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Top Open Source VPN Software for Linux
VPN software for Linux systems can be difficult to find. But don't worry, take a look at the best list of open-source VPN software in Linux.
Internet privacy has recently been jeopardized since most websites attempt to obtain your information legally. VPN apps are in high demand because they allow you to browse the Internet anonymously and access blocked websites in your area. Although open-source VPNs are uncommon, they do exist. Unlike commercial software, these open-source VPNs now provide all their source code for everybody to see.
For most businesses and developers, Linux users are a low priority. In this article, we'll go through some of the best open-source VPN software in Linux that will suit all of your privacy requirements.
How VPN Works
In this image a LAN and a remote client have a connection to the Internet. These two connections are independent of each other.
While in this image a new network connection is established from the remote client to the LAN across the intermediary network. This new network connection is the VPN.
A VPN can operate securely over the Internet and still provide high levels of security through encryption. This allows inexpensive insecure links to replace expensive business-leased lines without sacrificing security.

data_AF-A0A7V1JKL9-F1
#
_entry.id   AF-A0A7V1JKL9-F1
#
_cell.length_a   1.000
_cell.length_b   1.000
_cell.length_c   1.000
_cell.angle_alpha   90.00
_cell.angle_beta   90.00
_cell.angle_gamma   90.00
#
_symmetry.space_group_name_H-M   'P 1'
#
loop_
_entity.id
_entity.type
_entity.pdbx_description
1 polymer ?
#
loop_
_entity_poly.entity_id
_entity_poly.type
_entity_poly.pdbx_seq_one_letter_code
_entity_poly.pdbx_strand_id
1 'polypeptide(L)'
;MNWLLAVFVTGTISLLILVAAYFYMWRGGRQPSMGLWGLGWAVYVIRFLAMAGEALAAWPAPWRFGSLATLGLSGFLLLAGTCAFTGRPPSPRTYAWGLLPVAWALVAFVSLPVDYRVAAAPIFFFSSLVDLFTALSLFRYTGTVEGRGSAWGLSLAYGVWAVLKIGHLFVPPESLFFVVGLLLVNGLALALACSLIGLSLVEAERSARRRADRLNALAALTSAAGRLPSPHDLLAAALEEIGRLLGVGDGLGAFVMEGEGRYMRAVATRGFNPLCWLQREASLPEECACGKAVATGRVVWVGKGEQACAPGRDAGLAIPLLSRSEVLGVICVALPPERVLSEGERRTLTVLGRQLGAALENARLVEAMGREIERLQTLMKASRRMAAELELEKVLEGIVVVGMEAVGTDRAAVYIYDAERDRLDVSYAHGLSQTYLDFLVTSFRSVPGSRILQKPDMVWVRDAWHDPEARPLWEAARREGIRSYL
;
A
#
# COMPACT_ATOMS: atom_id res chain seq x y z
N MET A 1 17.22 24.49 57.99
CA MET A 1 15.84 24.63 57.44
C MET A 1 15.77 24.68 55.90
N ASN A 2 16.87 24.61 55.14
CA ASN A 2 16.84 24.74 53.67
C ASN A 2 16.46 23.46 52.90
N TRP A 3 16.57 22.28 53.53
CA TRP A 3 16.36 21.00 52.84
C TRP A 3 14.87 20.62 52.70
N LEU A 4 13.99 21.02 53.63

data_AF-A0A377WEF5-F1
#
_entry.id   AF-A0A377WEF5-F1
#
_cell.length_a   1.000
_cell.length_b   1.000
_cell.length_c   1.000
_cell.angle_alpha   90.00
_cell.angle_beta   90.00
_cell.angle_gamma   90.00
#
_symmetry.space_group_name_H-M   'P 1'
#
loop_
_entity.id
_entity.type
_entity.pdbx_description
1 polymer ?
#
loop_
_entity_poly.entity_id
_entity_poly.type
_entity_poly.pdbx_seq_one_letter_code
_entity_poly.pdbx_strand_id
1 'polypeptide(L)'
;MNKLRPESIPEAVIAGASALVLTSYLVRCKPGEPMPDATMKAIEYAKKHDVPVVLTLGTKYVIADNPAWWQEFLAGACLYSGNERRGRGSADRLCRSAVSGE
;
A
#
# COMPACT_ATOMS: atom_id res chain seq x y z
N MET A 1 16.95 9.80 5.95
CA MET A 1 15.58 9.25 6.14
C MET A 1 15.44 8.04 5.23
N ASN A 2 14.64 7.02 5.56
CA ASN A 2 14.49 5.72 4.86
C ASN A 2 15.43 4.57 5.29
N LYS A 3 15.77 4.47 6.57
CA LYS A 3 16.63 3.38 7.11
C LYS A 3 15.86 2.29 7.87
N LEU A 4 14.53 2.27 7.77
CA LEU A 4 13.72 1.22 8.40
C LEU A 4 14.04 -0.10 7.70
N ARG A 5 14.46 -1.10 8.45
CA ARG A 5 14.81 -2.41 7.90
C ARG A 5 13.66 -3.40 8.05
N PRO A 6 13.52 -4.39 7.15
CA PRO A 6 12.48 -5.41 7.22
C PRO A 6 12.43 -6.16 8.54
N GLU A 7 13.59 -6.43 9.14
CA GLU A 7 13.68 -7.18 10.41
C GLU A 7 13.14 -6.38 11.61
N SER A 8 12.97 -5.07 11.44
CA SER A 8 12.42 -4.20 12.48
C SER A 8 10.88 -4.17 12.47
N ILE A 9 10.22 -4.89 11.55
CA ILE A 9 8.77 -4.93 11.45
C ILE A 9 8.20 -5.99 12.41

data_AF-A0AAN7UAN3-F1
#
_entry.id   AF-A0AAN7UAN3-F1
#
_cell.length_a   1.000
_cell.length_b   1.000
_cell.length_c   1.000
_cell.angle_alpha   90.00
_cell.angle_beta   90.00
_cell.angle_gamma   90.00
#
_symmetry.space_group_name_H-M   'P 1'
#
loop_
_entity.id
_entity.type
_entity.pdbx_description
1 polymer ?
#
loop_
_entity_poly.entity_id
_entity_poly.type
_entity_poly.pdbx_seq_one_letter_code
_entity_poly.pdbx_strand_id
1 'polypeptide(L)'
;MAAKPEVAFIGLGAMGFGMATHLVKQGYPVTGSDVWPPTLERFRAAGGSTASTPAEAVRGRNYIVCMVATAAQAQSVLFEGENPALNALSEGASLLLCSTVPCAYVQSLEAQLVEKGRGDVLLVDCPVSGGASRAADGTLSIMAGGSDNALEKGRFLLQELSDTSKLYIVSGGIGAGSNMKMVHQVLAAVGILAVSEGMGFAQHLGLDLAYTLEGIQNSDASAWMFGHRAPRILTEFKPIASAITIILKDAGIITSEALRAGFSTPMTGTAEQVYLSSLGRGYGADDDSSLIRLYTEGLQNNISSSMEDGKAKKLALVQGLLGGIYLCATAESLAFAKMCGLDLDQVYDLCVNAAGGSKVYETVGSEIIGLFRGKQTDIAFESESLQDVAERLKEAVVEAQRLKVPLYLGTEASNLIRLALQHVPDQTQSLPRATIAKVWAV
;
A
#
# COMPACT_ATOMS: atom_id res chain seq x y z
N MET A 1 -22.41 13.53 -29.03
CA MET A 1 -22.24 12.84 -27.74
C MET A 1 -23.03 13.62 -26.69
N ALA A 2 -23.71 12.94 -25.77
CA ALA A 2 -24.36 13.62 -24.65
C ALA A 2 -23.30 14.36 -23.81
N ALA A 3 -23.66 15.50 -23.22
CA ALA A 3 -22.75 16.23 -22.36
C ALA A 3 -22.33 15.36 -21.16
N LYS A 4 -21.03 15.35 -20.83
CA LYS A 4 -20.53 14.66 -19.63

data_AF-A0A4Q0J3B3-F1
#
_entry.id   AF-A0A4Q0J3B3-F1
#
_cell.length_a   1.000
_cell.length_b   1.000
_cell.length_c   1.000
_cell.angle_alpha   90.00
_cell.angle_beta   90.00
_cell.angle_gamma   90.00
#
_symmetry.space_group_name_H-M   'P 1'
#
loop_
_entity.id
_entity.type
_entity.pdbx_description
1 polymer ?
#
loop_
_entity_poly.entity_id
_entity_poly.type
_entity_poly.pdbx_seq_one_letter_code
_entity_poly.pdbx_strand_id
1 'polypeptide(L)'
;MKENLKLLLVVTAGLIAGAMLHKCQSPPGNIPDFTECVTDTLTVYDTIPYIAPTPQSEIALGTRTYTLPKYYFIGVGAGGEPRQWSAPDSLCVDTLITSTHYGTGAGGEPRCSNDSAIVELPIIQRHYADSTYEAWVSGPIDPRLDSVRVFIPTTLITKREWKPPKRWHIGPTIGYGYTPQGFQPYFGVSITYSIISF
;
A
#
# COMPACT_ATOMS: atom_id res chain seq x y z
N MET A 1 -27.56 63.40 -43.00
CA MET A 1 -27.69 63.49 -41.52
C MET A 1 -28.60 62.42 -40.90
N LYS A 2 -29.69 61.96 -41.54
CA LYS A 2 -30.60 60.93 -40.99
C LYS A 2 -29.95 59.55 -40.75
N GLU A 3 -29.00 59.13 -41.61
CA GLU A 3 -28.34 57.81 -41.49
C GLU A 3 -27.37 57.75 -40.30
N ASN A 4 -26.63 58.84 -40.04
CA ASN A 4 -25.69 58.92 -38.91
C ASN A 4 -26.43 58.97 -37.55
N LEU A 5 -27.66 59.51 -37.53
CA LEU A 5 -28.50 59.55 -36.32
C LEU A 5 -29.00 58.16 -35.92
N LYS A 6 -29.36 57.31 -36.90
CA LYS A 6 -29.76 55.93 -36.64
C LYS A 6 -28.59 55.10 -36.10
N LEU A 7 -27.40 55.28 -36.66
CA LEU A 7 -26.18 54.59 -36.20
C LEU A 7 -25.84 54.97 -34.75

Risks of using Internet over Wireless Networks without VPN
- Whenever possible, use a VPN —not only because it’s considered the most secure connection method available, but because people have made progress breaking the WPA2 standard wireless security protocol used in encrypted Wi-Fi networks.
- In 2017, Belgian researchers broke the WPA2 protocol by using a method called Key Reinstallation Attacks. Though many computing companies offered solutions to fix the problem in late 2017, it’s a reminder that encrypted Wi-Fi technology is still vulnerable.
- Ever heard of Wi-Fi Pineapple Karma Attack?
- The Wi-Fi Pineapple leverages a few exploits targeting mobile endpoints that are looking to connect to their trusted home networks. Most mobile devices store frequently used network SSIDs, such as home or corporate network SSIDs, so when the user is within proximity of those environments, the mobile device automatically establishes connectivity. This convenience opens up a mobile device to an exploit known as Karma. To take advantage of this exploit, a tool like the Wi-Fi Pineapple will listen for mobile devices sending probes for their trusted SSIDs and reply back as one of those SSIDs.
Why you need a VPN on Linux